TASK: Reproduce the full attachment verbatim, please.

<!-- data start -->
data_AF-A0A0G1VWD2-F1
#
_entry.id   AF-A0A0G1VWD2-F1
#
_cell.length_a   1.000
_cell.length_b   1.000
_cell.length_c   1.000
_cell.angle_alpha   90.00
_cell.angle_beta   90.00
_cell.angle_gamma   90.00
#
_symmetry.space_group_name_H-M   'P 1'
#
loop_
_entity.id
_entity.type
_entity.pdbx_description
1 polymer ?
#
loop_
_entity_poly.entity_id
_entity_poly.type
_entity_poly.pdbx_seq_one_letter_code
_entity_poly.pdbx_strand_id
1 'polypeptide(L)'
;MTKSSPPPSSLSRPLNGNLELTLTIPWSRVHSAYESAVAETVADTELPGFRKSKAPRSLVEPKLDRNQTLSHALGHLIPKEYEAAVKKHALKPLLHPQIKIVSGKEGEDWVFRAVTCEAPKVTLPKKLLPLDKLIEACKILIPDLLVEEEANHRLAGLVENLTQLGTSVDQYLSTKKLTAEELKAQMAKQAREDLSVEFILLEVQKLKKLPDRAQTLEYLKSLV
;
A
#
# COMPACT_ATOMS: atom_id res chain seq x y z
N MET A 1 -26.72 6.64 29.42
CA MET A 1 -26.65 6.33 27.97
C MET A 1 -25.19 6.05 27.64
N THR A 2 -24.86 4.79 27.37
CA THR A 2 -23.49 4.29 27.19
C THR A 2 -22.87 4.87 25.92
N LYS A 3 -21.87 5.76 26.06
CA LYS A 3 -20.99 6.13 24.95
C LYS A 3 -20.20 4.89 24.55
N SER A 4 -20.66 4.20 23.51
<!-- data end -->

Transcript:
data_AF-A0A0G1VWD2-F1
#
_entry.id   AF-A0A0G1VWD2-F1
#
_cell.length_a   1.000
_cell.length_b   1.000
_cell.length_c   1.000
_cell.angle_alpha   90.00
_cell.angle_beta   90.00
_cell.angle_gamma   90.00
#
_symmetry.space_group_name_H-M   'P 1'
#
loop_
_entity.id
_entity.type
_entity.pdbx_description
1 polymer ?
#
loop_
_entity_poly.entity_id
_entity_poly.type
_entity_poly.pdbx_seq_one_letter_code
_entity_poly.pdbx_strand_id
1 'polypeptide(L)'
;MTKSSPPPSSLSRPLNGNLELTLTIPWSRVHSAYESAVAETVADTELPGFRKSKAPRSLVEPKLDRNQTLSHALGHLIPKEYEAAVKKHALKPLLHPQIKIVSGKEGEDWVFRAVTCEAPKVTLPKKLLPLDKLIEACKILIPDLLVEEEANHRLAGLVENLTQLGTSVDQYLSTKKLTAEELKAQMAKQAREDLSVEFILLEVQKLKKLPDRAQTLEYLKSLV
;
A
#
# COMPACT_ATOMS: atom_id res chain seq x y z
N MET A 1 -26.72 6.64 29.42
CA MET A 1 -26.65 6.33 27.97
C MET A 1 -25.19 6.05 27.64
N THR A 2 -24.86 4.79 27.37
CA THR A 2 -23.49 4.29 27.19
C THR A 2 -22.87 4.87 25.92
N LYS A 3 -21.87 5.76 26.06
CA LYS A 3 -20.99 6.13 24.95
C LYS A 3 -20.20 4.89 24.55
N SER A 4 -20.66 4.20 23.51